New Jersey’s top federal judge has tossed claims against a nonprofit cosmetics trade association in multidistrict litigation over the alleged link between Johnson & Johnson’s talcum powder products and ovarian cancer, finding that the group does not have a “legal duty to consumers” to make sure the products are safe.

More than four years after the Personal Care Products Council filed a motion to dismiss, Chief U.S. District Judge Freda L. Wolfson on Wednesday granted its bid to toss negligence, fraud, fraudulent concealment and civil conspiracy claims with respect to allegations that PCPC misrepresented the safety of talc products, which purportedly contained asbestos.

In nixing the negligence claim, Judge Wolfson determined in her written opinion that “PCPC does not have a legal duty to consumers to ensure that its members’ products are safe for consumer use.”

“PCPC is a voluntary trade association that has no control over the ingredients used by cosmetic manufacturers,” the judge said. “PCPC is in no way involved in the manufacture of cosmetic products, like talcum powder, and it does not purport to test its members’ products for safety and warrant that safety to the general public.”

The judge brushed aside the plaintiffs’ examples of how PCPC allegedly took on such a duty, including by publishing standards for testing talc for asbestos and establishing the Cosmetic Ingredient Review, or CIR, which selects an expert panel to assess the safety of cosmetic ingredients.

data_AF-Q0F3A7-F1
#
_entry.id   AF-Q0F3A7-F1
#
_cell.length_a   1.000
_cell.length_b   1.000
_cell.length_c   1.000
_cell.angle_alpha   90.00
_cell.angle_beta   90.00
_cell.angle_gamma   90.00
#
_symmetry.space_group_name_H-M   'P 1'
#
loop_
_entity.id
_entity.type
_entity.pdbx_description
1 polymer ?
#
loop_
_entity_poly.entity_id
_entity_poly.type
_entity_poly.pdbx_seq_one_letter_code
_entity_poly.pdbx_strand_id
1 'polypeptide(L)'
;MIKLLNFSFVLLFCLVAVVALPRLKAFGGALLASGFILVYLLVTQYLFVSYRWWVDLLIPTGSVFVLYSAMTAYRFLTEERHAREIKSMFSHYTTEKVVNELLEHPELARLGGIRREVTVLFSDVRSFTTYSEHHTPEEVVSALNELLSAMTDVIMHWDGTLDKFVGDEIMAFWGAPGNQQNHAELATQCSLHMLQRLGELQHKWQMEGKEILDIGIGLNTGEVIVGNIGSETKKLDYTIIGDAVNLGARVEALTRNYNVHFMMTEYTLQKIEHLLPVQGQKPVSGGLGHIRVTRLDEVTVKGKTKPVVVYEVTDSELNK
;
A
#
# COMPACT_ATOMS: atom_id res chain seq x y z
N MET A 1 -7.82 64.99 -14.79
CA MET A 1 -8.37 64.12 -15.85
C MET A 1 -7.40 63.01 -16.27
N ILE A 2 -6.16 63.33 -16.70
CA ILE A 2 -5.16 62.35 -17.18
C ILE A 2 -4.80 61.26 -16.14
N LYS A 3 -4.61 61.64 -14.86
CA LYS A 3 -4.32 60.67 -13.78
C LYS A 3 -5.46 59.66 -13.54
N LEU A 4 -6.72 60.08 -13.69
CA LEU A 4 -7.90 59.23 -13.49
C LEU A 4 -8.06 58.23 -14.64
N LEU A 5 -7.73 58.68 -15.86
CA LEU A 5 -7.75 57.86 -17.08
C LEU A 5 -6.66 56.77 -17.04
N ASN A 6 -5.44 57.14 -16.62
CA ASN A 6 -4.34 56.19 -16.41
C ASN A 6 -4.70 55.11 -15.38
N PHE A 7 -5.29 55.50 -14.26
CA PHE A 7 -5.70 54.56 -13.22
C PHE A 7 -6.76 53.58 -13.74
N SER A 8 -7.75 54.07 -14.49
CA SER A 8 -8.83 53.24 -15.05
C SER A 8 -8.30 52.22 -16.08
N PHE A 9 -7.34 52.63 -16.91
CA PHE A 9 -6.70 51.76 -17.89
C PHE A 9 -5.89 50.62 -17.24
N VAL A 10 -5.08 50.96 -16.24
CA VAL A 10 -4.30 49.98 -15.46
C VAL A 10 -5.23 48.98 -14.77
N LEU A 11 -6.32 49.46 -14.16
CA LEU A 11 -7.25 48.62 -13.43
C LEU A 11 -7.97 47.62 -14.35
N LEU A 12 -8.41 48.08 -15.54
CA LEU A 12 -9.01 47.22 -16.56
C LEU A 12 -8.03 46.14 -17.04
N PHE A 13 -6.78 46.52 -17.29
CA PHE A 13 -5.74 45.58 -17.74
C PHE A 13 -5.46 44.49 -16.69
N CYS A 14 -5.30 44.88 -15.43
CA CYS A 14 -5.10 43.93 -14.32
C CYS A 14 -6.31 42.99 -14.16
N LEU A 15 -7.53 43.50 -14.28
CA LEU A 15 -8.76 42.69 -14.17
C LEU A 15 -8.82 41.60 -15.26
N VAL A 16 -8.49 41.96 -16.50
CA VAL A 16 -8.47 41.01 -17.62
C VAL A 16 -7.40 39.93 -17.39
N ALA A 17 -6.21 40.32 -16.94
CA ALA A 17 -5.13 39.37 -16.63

The association’s “publication of testing standards and ingredient definitions did not create any legal duty to the general public,” Judge Wolfson said, pointing out that cosmetics companies do not appear to be required to “utilize PCPC’s testing standards for talc in order to manufacture and sell their products.”

The fraud and fraudulent concealment claims also fell short because the plaintiffs had failed to show that they relied on PCPC’s alleged misrepresentations, according to the judge. Since those claims cannot survive, the civil conspiracy claim collapsed too.

The plaintiffs’ complaint and opposition to the motion are “devoid of any allegations, let alone evidence, that any plaintiff was aware of the existence of PCPC, that any plaintiff relied on any statement made by PCPC in choosing to use” J&J’s talc products, “or that [any plaintiff] purchased talc because PCPC represented that those products were safe to use,” the judge said.


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